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UC’s Judaic Studies Offers Lichter Lecture Series on Maimonides, Medicine and Ethics

UC's Department of Judaic Studies presents the annual Lichter Lectures in Judaic Studies, made possible by the Jacob and Jennie L. Lichter Fund of the Jewish Federation of Cincinnati. The lectures are free and open to the public.

Date: 10/5/2006 12:00:00 AM
By: Wendy Beckman
Phone: (513) 556-1826

UC ingot  

Each year, the Lichter Lecture Series focuses on a critical theme. This year’s lecture series focuses on Moses ben Maimon or Maimonides (1138–1204) — also known by the Hebrew acronym “Rambam.” The three lectures, on consecutive Monday nights, feature internationally renowned Maimonides scholars. Trained as a rabbi and physician, Maimonides, arguably one of the two or three most important Jewish philosophers of the medieval period, lived during the twilight of Spain’s golden age of Jewish culture.

Professor Menachem Kellner.
Professor Menachem Kellner

Maimonides and Moral Ethics” will be presented by Menachem Kellner, PhD, professor of Jewish Thought at University of Haifa, Monday, Oct. 16, at the Stratford Heights Community Center.

“Medical Questions in Maimonides’ Writings” will be presented by Fred Rosner, MD,  professor of medicine at the Mount Sinai School of Medicine, on Monday, Oct. 23, at Raymond Walters College in Blue Ash.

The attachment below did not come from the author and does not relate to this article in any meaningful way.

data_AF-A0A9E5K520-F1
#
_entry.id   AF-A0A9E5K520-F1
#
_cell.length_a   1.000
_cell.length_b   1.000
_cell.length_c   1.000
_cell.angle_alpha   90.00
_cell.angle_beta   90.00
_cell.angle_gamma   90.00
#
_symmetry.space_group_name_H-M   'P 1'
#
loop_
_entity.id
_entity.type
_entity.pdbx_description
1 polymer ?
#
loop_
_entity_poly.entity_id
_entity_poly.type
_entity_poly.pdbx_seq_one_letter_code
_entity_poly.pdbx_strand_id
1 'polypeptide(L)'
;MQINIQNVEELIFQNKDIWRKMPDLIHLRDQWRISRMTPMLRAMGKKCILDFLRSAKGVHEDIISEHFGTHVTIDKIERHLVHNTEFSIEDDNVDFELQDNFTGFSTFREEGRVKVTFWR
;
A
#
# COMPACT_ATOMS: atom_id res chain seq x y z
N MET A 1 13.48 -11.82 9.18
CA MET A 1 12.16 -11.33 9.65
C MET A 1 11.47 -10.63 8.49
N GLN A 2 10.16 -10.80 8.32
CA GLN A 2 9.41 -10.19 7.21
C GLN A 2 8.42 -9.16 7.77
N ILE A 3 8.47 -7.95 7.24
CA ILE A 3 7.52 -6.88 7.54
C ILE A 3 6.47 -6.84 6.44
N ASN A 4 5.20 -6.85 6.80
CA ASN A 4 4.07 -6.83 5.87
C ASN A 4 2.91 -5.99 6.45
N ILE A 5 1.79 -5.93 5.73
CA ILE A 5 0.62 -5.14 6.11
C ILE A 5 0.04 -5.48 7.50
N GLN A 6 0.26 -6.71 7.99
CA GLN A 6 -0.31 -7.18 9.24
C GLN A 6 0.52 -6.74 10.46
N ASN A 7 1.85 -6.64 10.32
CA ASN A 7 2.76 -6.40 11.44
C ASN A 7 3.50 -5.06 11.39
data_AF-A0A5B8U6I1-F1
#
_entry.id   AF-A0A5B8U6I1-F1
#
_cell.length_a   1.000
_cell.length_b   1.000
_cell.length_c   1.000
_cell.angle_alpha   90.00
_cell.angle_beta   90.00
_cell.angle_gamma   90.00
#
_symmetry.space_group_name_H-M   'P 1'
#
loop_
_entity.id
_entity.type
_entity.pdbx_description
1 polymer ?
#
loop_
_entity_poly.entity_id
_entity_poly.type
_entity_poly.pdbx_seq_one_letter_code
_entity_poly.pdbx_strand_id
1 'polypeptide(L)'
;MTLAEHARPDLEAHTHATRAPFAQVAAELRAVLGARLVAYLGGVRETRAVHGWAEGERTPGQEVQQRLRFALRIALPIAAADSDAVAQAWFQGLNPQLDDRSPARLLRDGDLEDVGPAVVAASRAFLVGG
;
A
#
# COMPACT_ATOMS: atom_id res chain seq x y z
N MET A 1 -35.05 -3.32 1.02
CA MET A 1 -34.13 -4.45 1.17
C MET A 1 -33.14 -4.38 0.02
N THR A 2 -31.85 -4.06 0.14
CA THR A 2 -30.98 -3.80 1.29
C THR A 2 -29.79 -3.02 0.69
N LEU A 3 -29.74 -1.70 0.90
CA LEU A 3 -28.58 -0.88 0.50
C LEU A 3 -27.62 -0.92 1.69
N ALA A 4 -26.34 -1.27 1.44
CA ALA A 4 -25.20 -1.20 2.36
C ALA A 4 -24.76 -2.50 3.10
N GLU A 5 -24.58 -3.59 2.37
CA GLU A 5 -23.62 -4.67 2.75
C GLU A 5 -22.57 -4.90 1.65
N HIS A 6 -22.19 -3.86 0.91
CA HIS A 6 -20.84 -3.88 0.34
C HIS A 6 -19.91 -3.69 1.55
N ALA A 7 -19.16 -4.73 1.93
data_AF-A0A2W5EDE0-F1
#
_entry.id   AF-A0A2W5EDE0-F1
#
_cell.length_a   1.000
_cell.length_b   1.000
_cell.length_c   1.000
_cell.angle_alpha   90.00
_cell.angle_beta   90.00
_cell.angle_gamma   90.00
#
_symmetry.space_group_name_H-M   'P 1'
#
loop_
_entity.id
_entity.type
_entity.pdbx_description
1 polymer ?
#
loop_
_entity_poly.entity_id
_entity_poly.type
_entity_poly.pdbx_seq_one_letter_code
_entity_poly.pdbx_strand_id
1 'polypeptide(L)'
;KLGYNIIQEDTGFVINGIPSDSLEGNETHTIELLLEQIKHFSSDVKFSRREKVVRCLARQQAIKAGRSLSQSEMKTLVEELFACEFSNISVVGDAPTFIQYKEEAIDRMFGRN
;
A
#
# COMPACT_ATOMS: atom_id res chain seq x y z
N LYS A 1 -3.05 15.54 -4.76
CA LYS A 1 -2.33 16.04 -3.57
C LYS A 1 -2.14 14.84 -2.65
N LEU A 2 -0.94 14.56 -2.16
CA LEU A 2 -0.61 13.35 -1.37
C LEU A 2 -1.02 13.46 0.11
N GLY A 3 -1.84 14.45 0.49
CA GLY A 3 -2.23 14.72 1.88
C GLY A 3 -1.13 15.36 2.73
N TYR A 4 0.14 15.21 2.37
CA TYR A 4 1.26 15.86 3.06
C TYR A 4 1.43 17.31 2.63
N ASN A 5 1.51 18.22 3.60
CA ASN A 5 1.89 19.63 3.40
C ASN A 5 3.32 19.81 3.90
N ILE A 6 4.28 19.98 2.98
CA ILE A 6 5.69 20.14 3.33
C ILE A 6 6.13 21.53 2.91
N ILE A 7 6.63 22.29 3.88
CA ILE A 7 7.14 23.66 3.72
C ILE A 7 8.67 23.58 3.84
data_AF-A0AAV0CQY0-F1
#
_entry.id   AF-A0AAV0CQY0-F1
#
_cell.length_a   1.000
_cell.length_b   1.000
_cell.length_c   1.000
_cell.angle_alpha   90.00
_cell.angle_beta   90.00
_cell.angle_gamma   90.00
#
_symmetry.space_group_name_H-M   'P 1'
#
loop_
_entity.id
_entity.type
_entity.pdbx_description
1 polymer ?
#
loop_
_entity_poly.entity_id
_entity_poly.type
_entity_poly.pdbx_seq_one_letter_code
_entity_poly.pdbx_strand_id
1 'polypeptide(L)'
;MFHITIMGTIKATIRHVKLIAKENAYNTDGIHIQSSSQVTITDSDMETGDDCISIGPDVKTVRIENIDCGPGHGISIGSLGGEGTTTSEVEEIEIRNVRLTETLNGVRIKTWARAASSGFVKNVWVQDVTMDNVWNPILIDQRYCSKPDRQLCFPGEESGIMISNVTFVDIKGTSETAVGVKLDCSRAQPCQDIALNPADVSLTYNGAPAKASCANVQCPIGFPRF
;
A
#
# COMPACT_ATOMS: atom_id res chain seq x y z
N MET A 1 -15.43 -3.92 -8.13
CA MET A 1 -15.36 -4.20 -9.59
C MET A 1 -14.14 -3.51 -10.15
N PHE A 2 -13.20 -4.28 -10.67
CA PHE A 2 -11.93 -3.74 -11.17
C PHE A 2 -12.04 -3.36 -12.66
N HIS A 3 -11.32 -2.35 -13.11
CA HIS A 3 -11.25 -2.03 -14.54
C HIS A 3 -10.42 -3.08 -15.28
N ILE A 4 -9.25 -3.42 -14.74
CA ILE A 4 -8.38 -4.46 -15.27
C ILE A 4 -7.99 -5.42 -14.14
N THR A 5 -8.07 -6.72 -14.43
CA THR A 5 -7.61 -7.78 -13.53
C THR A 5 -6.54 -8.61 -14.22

Dr. Edward Reichman.
Dr. Edward Reichman

Jewish Medical Ethics Through the Eyes of Maimonides” will be presented by Edward Reichman, MD, associate professor at the Albert Einstein College of Medicine, Yeshiva University, on Monday, Oct. 30, at the Stratford Heights Community Center.

For each event, a reception starts at 6 p.m. with the lecture at 7 p.m.

All the lectures are free and open to the public . The reception will be observant of Kosher dietary law. To RSVP, call 513-556-2297.

About Maimonides
Born in Cordoba, Spain, Maimonides received a traditional Jewish education under the tutelage of his father. Following the Almohadean conquest of Spain in 1148, his family went into exile and eventually settled in Fez, Morocco. There Maimonides acquired a secular education at the University of Fez, which included studies in philosophy, science and medicine. In this period, he wrote his acclaimed commentary on the Mishnah (Repetition), one of rabbinic Judaism’s most significant homiletic texts.

Maimonides next lived in Palestine, where he spent considerable time in Acre and Jerusalem. He finally settled in Fostat, Egypt (near Cairo), and rose to become court physician to the Grand Vizier Alfadhil and the Sultan Saladin. In Egypt, Maimonides produced most of his life's work, including the Mishneh Torah (Repetition of the Law) and Guide for the Perplexed, which harmonized and distinguished between traditional Jewish beliefs and Aristotelian philosophical thought. Though strenuously criticized in his own lifetime by a variety of rabbinic opponents, Maimonides was posthumously recognized as a pre-eminent Jewish philosopher and a towering rabbinic authority. He died in Fostat and was buried in Tiberias, one of the Jewish "Four Holy Cities" in Israel.


Department of Judaic Studies
McMicken College of Arts and Sciences
University of Cincinnati
Cincinnati OH 45221-0169

The Lichter Lectures in Judaic Studies are made possible by the Jacob and Jennie L. Lichter Fund of the Jewish Federation of Cincinnati.

About the Department of Judaic Studies